Recently, thanks to Battersea Spanish Bookclub (http://www.batterseaspanish.com/bookclub/) I have been motivated to start reading in Spanish again. I don’t want the language to evaporate entirely from my head - after all I spent five years studying it. What a waste that would be.
Therefore I read this book in Spanish, but you can also read it in English and people I trust told me that the translation is pretty good.
It’s an odd one, this book. I am not sure what it wants to be when it grows up. It seems that Patricio Pron wants to add another voice to the discussion of ‘Los Desaparecidos’ and recent Argentinian history. It seems he also wants to pay homage to Argentinian literature or maybe just rebel against it? I honestly don’t know.
The book starts off brilliantly with chapters talking about the Argentinian narrator’s stay in Berlin. They are full of hazy half-memories, things that happened or didn’t happen. There is a certain familiar mood of disconnection with reality – a very similar to the kind you will find in Aridjis’ Book Of Clouds which features a Mexican woman in Berlin. Just what makes those Latin American types lose the plot like that when in Berlin? Is it the cleanliness and orderliness of the city which seemed to have swept its history under the rug?
I really enjoyed this first part – I think it brilliantly portrays this particular kind of uprootedness that I often experience in London. After that, however, the book goes off the rails. The main narrator goes back to Argentina to see his dying father. Half unwillingly he unearths secrets from his parents’ past and confronts his own childhood memories which he had suppressed until now. In theory this should have been brilliant but Pron, in a very self-indulgent, almost-arrogant way (that, I think, only very young authors are prone to use) tries to be experimental but ends being boring. The endless clippings from a local newspaper, badly written, and badly punctuated lose novelty factor early on and end up simply tedious. The readers lose interest in the story of the disappearance and murder of Alberto Burdisso, a rather rather banal story after all (as much as murder can be banal, of course), because the only interesting thing about it is why this story is relevant to the narrator or his father. I heard Pron saying in an interview that when he started writing this book he didn’t know what he was doing and to me it seems he never quite found out.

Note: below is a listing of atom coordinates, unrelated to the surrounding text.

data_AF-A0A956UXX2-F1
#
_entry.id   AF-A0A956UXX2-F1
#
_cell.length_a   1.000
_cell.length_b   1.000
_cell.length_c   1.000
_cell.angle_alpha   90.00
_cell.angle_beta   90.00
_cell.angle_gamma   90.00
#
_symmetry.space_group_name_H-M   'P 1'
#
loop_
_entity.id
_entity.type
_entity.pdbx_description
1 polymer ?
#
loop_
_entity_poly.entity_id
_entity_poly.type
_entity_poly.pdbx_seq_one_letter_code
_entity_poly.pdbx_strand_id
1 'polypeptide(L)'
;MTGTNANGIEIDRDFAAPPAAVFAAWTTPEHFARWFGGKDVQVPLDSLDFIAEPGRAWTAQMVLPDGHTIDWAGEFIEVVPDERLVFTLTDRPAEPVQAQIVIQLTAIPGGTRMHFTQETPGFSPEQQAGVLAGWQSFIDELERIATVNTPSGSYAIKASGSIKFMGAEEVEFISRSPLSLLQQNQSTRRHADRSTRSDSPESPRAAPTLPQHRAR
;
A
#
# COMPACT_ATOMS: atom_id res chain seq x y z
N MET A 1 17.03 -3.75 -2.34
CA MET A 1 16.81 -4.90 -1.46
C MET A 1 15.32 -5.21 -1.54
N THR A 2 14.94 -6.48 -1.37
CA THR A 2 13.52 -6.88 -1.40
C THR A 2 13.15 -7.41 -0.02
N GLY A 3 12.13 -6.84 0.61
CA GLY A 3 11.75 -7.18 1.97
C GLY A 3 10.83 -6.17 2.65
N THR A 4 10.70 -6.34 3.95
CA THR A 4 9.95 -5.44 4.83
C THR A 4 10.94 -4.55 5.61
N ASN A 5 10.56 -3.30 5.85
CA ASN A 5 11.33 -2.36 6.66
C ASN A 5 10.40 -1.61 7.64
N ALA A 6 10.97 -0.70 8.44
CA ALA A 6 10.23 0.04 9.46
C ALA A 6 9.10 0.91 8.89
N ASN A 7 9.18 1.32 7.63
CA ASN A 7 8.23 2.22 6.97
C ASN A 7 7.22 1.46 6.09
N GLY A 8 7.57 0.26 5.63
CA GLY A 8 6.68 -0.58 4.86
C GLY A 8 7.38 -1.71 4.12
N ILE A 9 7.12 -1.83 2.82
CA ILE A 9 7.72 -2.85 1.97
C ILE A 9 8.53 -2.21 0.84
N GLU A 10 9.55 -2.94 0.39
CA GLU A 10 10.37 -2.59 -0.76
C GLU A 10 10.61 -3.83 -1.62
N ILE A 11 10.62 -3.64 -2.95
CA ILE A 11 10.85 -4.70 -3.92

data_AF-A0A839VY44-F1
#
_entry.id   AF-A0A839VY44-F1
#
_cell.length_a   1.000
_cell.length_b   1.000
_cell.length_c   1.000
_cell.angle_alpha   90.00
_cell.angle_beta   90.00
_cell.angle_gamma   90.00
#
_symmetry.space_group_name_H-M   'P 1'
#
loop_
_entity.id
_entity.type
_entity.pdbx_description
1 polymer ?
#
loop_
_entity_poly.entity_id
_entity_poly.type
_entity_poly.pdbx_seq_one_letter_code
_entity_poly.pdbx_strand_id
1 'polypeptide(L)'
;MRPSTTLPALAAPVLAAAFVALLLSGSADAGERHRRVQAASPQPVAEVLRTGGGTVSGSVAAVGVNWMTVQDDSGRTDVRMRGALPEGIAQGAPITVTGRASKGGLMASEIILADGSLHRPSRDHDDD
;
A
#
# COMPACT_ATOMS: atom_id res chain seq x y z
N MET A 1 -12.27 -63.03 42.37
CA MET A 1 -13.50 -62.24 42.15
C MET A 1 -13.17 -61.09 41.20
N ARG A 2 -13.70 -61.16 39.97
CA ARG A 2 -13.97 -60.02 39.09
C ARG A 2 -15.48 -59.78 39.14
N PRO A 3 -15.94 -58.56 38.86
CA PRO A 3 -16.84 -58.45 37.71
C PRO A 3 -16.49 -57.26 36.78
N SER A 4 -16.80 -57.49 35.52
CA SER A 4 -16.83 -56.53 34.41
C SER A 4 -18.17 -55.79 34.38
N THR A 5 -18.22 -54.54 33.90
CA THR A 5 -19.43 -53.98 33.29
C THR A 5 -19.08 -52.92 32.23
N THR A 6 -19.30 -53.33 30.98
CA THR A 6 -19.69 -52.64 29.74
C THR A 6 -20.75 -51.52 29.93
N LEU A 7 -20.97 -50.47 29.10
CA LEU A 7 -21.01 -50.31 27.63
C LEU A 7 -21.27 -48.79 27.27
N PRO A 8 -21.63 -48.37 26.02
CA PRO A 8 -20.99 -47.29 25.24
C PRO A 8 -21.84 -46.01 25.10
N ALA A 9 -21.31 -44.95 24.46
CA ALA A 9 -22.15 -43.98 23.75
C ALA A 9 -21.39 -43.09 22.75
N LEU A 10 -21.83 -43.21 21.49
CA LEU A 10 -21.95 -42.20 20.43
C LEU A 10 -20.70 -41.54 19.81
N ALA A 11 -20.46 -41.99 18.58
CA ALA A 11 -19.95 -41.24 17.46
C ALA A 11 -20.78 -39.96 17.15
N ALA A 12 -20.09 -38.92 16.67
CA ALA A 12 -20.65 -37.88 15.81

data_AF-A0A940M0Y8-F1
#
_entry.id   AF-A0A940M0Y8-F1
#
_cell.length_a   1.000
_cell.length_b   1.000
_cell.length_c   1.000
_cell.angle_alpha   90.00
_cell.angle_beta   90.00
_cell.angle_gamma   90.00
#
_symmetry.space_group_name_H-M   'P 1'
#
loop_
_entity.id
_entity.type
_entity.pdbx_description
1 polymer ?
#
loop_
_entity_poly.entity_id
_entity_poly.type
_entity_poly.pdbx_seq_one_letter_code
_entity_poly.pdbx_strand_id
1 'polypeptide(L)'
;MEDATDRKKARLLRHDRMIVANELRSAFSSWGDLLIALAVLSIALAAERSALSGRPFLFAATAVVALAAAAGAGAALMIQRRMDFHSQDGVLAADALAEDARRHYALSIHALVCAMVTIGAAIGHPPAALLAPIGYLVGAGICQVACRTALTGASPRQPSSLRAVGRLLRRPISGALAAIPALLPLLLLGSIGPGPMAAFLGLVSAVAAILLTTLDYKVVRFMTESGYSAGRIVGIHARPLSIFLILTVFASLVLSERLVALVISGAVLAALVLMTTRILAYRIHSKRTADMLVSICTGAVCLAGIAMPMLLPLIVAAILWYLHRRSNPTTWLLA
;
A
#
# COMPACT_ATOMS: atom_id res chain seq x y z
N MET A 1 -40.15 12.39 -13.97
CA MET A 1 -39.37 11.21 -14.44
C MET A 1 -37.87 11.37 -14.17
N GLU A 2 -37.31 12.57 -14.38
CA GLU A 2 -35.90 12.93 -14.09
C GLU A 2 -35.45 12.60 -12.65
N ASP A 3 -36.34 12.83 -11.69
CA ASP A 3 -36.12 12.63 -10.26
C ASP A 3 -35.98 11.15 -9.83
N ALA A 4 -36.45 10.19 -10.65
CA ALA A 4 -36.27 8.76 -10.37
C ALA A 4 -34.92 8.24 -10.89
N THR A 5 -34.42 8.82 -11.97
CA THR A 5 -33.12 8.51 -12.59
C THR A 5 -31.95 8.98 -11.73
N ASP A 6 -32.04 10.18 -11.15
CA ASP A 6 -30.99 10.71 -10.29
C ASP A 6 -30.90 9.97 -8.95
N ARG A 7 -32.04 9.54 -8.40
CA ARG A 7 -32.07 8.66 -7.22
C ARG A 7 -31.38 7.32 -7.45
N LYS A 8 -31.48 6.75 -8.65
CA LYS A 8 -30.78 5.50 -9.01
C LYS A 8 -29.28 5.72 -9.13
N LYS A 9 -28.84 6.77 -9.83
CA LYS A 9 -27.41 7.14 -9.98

The final part of the book lacks a certain umph, something to make you go ‘aaaah’ or ‘ooooh’ and compensate for numb state the middle part left you with. Nonetheless, even though Pron lets himself down in many parts, he every now and then produces a paragraph of astonishing beauty and perceptiveness and for that I would think ‘My Fathers' Ghost Is Climbing in the Rain’ is still worth reading. Also Granta has put Pron in their list of 50 Young Spanish Novelists to watch or some such. So I’ll be watching him.